Great strides have been made in our understanding of cancer in the last 30 years because of research – much of which is funded by the Canadian Cancer Society (CCS). “In the 1970s, cancer was seen as a singular problem,” says Dr. David Huntsman, Canada Research Chair in molecular and genomic pathology and CCS board member. “It was thought that if you had a powerful enough magic bullet, it could treat all cancers. Now, through research, it’s understood that cancers are not just defined by where they occur in the body, but there are multiple subtypes – these are distinct diseases requiring distinct and sometimes personalized treatments.”
Treatment now involves tailored approaches such as targeted therapy, which uses drugs to find specific abnormal molecules in cancer cells, or novel approaches that harness the power of the immune system to fight cancers to slow growth. These treatments are proving to be more effective and less toxic than older chemotherapies.
While effective treatment is vital, the best-case scenario is to avoid cancer altogether. The biggest risk factor for cancer is age. With Canada’s aging population, it’s vitally important to prevent cancer where we can and support those who survive and live with it – yet not enough investment is being dedicated to these bookends of the cancer continuum.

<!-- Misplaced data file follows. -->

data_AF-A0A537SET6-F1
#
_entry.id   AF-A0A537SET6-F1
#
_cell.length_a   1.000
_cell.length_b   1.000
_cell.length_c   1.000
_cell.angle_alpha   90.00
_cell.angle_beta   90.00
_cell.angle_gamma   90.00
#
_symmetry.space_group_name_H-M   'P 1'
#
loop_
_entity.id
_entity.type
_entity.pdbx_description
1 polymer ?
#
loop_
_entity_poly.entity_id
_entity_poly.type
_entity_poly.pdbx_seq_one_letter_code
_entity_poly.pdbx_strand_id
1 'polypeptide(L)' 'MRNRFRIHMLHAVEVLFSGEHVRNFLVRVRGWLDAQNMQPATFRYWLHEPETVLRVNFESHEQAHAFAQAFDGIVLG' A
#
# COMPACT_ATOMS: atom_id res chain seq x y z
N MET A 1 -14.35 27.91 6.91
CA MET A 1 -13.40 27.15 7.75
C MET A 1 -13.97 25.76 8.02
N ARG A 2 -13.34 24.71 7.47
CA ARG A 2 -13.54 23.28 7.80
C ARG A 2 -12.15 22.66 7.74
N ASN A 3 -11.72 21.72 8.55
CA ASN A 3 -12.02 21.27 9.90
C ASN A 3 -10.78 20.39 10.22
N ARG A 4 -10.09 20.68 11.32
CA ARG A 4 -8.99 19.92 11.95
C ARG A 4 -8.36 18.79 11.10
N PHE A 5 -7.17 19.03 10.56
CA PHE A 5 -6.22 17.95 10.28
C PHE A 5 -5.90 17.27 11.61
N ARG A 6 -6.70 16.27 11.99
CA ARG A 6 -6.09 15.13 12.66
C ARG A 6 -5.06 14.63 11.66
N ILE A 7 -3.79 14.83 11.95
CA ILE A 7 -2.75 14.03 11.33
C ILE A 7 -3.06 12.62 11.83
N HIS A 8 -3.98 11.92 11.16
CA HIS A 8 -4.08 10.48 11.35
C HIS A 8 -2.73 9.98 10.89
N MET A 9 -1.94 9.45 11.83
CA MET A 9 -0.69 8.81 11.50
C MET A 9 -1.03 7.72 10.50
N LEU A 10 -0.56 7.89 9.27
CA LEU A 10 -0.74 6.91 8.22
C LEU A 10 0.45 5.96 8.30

A key element of CCS’s future mission includes a deeper investment in these two bookends of prevention and survivorship. In Vancouver, CCS is building a new Centre for Cancer Prevention and Support. The centre will be dedicated to accelerating the translation of discoveries in cancer prevention and support into applications that will benefit the health of all Canadians.
This national virtual centre will bring us closer to a future where no Canadian fears cancer.
“To continue to tackle cancer as a society requires an approach that encompasses fundamental science and more applied research. The goals are improved prevention, earlier detection, better treatment and long-term survivorship,” says Dr. Huntsman. “This is where CCS plays its most pivotal role – tying together all the pieces across the country and through the whole cancer continuum. Relentlessly pursuing this progress will enable Canadians to keep living longer, healthier, meaningful lives.”
Thanks to generous donors, the CCS plays a critical part in developing the knowledge that underpins this progress.
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